I am an admitted worrier, although as my husband points out, worrying does no good and neither stops what might occur. Superstitiously I reflect that worrying is an amulet that will outwit bad events from unfolding. After all, Jews believe that if you give a sick person a new name, the Angel of Death will fly over him or her unrecognizable and hidden by a fresh moniker. However, I can think of many times, I did try to think good thoughts, but they failed to stave off the inevitable onslaught of trials and tribulations.
I think I am not alone in my penchant to surround myself in good vibes. Many of us cherish our photographs: usually group shots of families, vacations, trips that remind us, make us feel lighter, happier. And how many holocaust victims rudely forced from their warm beds and permitted few possessions did not grab for a photo? I once read a book about the inmates in concentration camps maybe Ravensbruck or Terezin who curried together scraps of paper, and cut into bits of leather recipes from their former lives that were resplendent with memories of warmth, love and family. Some dreamed of the aromas, felt the press of their children’s bodies or re-envisaged the smile of mother: all evoked by the words “ cream… butter…”.
I have been called a cynic but for most of my life I actually naively expected people to behave honorably, but for the most part, have been disappointed.
That is the miracle of Nelson Mandela. In spite of an excruciating hard life, separated from his family and home along with the daily punishments and bonebreaking work, he did not lose his optimism. In deed the Truth and Reconciliation Commission in South Africa in 1996 where murderers, arsonists, rapists were given amnesty when they admitted their crimes was a miracle of belief in the power of forgiveness.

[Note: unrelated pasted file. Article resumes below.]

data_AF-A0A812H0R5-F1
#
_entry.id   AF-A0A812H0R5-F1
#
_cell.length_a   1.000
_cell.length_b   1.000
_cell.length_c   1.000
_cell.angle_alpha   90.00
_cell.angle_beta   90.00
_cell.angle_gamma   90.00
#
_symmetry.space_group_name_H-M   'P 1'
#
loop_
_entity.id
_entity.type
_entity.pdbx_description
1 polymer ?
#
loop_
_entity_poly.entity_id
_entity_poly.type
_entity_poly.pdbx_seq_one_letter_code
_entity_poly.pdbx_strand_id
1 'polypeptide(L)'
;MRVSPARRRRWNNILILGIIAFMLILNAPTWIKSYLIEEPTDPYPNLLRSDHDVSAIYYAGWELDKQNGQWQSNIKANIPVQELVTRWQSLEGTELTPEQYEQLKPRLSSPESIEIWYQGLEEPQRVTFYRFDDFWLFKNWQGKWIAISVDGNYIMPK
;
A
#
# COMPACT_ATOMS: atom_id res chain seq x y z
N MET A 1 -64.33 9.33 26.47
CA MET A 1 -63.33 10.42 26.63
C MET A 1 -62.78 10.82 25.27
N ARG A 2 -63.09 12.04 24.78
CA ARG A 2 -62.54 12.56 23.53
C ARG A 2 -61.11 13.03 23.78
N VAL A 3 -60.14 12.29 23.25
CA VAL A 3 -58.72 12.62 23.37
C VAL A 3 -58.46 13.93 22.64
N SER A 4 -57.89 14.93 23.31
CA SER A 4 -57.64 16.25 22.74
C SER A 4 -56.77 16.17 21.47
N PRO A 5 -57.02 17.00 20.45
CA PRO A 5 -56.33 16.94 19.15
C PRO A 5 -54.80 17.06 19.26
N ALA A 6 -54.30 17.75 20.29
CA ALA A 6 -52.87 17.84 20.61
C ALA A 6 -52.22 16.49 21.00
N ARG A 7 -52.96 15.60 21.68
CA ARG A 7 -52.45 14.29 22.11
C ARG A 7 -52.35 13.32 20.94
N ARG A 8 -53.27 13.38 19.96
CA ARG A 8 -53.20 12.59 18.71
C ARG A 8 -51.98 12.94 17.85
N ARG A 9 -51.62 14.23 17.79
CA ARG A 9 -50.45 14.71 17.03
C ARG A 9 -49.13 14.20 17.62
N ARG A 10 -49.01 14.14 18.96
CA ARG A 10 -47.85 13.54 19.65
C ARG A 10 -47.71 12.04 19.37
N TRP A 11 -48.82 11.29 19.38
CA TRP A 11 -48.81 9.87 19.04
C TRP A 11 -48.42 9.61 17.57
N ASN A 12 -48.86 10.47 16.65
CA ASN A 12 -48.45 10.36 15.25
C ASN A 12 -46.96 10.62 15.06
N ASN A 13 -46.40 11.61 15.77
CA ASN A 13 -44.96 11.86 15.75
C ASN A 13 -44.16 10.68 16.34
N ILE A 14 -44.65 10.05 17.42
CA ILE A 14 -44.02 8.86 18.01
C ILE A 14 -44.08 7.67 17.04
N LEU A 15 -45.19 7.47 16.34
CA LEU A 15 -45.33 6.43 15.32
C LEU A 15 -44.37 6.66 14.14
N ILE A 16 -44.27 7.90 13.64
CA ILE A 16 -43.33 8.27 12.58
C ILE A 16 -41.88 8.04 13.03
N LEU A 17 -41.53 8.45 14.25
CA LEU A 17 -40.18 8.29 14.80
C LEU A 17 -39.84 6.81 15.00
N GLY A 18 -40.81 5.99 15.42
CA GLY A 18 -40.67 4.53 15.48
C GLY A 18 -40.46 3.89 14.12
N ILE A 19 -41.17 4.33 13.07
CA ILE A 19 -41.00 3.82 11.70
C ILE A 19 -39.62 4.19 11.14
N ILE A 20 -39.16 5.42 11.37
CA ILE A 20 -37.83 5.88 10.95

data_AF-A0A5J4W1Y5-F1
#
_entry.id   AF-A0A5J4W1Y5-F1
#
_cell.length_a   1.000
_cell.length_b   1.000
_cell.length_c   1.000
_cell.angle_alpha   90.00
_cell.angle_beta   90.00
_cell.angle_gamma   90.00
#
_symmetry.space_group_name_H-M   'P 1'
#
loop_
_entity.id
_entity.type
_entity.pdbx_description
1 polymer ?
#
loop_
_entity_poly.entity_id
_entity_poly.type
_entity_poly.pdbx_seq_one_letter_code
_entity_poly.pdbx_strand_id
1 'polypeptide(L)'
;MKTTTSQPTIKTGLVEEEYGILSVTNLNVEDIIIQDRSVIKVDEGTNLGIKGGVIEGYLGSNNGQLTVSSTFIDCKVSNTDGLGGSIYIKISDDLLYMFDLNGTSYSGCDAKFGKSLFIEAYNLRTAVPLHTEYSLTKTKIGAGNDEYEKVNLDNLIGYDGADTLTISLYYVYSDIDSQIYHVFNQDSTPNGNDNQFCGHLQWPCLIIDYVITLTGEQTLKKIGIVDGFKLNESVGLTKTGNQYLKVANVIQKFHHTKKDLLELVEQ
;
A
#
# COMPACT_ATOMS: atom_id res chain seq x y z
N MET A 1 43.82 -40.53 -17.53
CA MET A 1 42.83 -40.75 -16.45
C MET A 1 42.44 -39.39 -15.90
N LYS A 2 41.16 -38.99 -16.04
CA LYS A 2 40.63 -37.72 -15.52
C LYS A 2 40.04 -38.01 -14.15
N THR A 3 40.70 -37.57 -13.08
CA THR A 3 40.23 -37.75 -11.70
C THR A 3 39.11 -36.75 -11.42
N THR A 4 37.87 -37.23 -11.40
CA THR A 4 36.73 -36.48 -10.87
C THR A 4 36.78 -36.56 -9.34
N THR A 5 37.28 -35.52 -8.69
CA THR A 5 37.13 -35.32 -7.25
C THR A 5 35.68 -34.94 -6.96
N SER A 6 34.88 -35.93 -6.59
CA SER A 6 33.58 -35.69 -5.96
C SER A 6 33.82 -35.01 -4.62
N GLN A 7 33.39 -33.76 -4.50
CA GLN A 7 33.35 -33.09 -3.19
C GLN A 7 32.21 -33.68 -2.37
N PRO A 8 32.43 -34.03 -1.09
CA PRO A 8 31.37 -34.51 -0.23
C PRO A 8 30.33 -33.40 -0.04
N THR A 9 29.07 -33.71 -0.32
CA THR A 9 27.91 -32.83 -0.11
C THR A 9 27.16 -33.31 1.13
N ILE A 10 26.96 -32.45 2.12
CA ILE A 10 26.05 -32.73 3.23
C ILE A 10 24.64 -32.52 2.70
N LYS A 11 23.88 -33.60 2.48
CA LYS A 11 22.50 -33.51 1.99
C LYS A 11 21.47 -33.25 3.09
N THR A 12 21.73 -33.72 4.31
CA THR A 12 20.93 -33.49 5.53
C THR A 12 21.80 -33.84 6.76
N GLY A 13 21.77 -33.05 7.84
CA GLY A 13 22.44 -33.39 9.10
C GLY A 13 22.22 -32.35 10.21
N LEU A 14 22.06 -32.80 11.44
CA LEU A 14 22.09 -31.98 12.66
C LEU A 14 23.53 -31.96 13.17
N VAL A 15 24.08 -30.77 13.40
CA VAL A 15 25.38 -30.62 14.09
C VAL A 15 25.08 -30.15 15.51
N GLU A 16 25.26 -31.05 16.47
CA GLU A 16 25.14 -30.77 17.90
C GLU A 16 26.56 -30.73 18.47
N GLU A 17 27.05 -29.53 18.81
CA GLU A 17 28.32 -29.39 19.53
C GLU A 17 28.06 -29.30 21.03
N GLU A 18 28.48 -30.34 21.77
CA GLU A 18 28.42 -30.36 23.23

Films such as Cry Freedom that give voice to Steve Biko’s tortures, Dry White Freedom, or The Power of One deplore apartheid. When I developed my Post-colonial classes at Northern, these movies taught the students more than I could. Most contained montages of images that dramatized moments that were fraught and composed in the pain of the people in South Africa,1976. Imagine my delight when visiting the Hector Pietersen Museum in Soweto, South Africa and discovering the images in the films were the real stuff, actual saved documentation used in the production of the movies. A film is, of course, a distribution of images that can endure and together form a work of art. Fortunately someone decided these pictures were worth saving to record the past.
So I am back to my perpetual theme of art, a clutter of things that holds meaning for me-or for you. That clutter that reaffirms what we find important, what we treasure and hold close, what we maintain that encourages us to continue on, persevere.
It is however, the Nelson Mandelas who are so much more than the scraps that surround us in our daily ventures. The Nelson Mandelas who stop time, who do not allow us to linger in the past and drone on about the good, bad or particularly ugly old days. And yet, it is all paradox for without the past, the memories, the photos, the mementos that evoke a former me or you, we could not forge on, and we could not hope to change what has gone before, resurrect what has been good, human and worth preserving.